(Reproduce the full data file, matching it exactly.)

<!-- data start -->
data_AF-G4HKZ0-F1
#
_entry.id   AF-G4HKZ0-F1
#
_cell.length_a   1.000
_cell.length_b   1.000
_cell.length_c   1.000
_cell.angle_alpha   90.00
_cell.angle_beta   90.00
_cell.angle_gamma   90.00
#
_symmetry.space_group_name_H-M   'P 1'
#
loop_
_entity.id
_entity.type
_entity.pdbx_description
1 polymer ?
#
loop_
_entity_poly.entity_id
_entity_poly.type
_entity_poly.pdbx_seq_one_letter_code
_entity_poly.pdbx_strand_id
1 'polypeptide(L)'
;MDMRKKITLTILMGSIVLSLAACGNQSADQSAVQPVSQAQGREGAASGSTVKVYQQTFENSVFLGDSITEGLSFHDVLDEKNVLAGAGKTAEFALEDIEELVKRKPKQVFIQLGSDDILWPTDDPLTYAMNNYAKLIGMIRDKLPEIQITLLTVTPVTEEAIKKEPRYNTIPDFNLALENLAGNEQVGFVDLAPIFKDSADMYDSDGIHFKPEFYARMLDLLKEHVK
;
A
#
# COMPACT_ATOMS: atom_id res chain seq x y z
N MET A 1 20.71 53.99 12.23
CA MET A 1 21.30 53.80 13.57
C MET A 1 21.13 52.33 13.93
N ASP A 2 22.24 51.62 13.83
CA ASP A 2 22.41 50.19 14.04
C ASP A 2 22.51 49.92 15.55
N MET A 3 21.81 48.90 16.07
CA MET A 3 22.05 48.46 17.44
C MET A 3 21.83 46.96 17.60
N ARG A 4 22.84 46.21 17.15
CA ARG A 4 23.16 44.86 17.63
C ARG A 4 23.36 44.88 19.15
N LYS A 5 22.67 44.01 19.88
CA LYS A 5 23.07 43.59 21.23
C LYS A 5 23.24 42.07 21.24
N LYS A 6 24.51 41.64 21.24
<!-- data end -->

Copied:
data_AF-G4HKZ0-F1
#
_entry.id   AF-G4HKZ0-F1
#
_cell.length_a   1.000
_cell.length_b   1.000
_cell.length_c   1.000
_cell.angle_alpha   90.00
_cell.angle_beta   90.00
_cell.angle_gamma   90.00
#
_symmetry.space_group_name_H-M   'P 1'
#
loop_
_entity.id
_entity.type
_entity.pdbx_description
1 polymer ?
#
loop_
_entity_poly.entity_id
_entity_poly.type
_entity_poly.pdbx_seq_one_letter_code
_entity_poly.pdbx_strand_id
1 'polypeptide(L)'
;MDMRKKITLTILMGSIVLSLAACGNQSADQSAVQPVSQAQGREGAASGSTVKVYQQTFENSVFLGDSITEGLSFHDVLDEKNVLAGAGKTAEFALEDIEELVKRKPKQVFIQLGSDDILWPTDDPLTYAMNNYAKLIGMIRDKLPEIQITLLTVTPVTEEAIKKEPRYNTIPDFNLALENLAGNEQVGFVDLAPIFKDSADMYDSDGIHFKPEFYARMLDLLKEHVK
;
A
#
# COMPACT_ATOMS: atom_id res chain seq x y z
N MET A 1 20.71 53.99 12.23
CA MET A 1 21.30 53.80 13.57
C MET A 1 21.13 52.33 13.93
N ASP A 2 22.24 51.62 13.83
CA ASP A 2 22.41 50.19 14.04
C ASP A 2 22.51 49.92 15.55
N MET A 3 21.81 48.90 16.07
CA MET A 3 22.05 48.46 17.44
C MET A 3 21.83 46.96 17.60
N ARG A 4 22.84 46.21 17.15
CA ARG A 4 23.16 44.86 17.63
C ARG A 4 23.36 44.88 19.15
N LYS A 5 22.67 44.01 19.88
CA LYS A 5 23.07 43.59 21.23
C LYS A 5 23.24 42.07 21.24
N LYS A 6 24.51 41.64 21.24